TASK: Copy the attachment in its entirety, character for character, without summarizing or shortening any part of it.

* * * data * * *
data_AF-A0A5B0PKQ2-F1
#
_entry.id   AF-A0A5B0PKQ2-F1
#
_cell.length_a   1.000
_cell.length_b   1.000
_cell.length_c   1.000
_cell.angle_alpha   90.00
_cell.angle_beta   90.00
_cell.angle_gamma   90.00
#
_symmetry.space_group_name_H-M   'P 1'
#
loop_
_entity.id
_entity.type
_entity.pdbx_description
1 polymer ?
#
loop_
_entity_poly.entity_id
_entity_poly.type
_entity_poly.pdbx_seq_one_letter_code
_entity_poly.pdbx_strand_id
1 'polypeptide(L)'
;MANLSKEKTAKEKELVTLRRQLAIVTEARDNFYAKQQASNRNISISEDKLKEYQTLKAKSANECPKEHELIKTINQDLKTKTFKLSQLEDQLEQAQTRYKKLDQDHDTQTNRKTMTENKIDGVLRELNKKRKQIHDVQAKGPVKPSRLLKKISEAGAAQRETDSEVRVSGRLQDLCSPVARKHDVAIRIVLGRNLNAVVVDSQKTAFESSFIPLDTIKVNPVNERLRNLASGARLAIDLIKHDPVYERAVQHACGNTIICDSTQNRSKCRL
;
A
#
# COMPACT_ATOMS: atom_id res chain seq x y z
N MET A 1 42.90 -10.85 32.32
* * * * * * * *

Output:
data_AF-A0A5B0PKQ2-F1
#
_entry.id   AF-A0A5B0PKQ2-F1
#
_cell.length_a   1.000
_cell.length_b   1.000
_cell.length_c   1.000
_cell.angle_alpha   90.00
_cell.angle_beta   90.00
_cell.angle_gamma   90.00
#
_symmetry.space_group_name_H-M   'P 1'
#
loop_
_entity.id
_entity.type
_entity.pdbx_description
1 polymer ?
#
loop_
_entity_poly.entity_id
_entity_poly.type
_entity_poly.pdbx_seq_one_letter_code
_entity_poly.pdbx_strand_id
1 'polypeptide(L)'
;MANLSKEKTAKEKELVTLRRQLAIVTEARDNFYAKQQASNRNISISEDKLKEYQTLKAKSANECPKEHELIKTINQDLKTKTFKLSQLEDQLEQAQTRYKKLDQDHDTQTNRKTMTENKIDGVLRELNKKRKQIHDVQAKGPVKPSRLLKKISEAGAAQRETDSEVRVSGRLQDLCSPVARKHDVAIRIVLGRNLNAVVVDSQKTAFESSFIPLDTIKVNPVNERLRNLASGARLAIDLIKHDPVYERAVQHACGNTIICDSTQNRSKCRL
;
A
#
# COMPACT_ATOMS: atom_id res chain seq x y z
N MET A 1 42.90 -10.85 32.32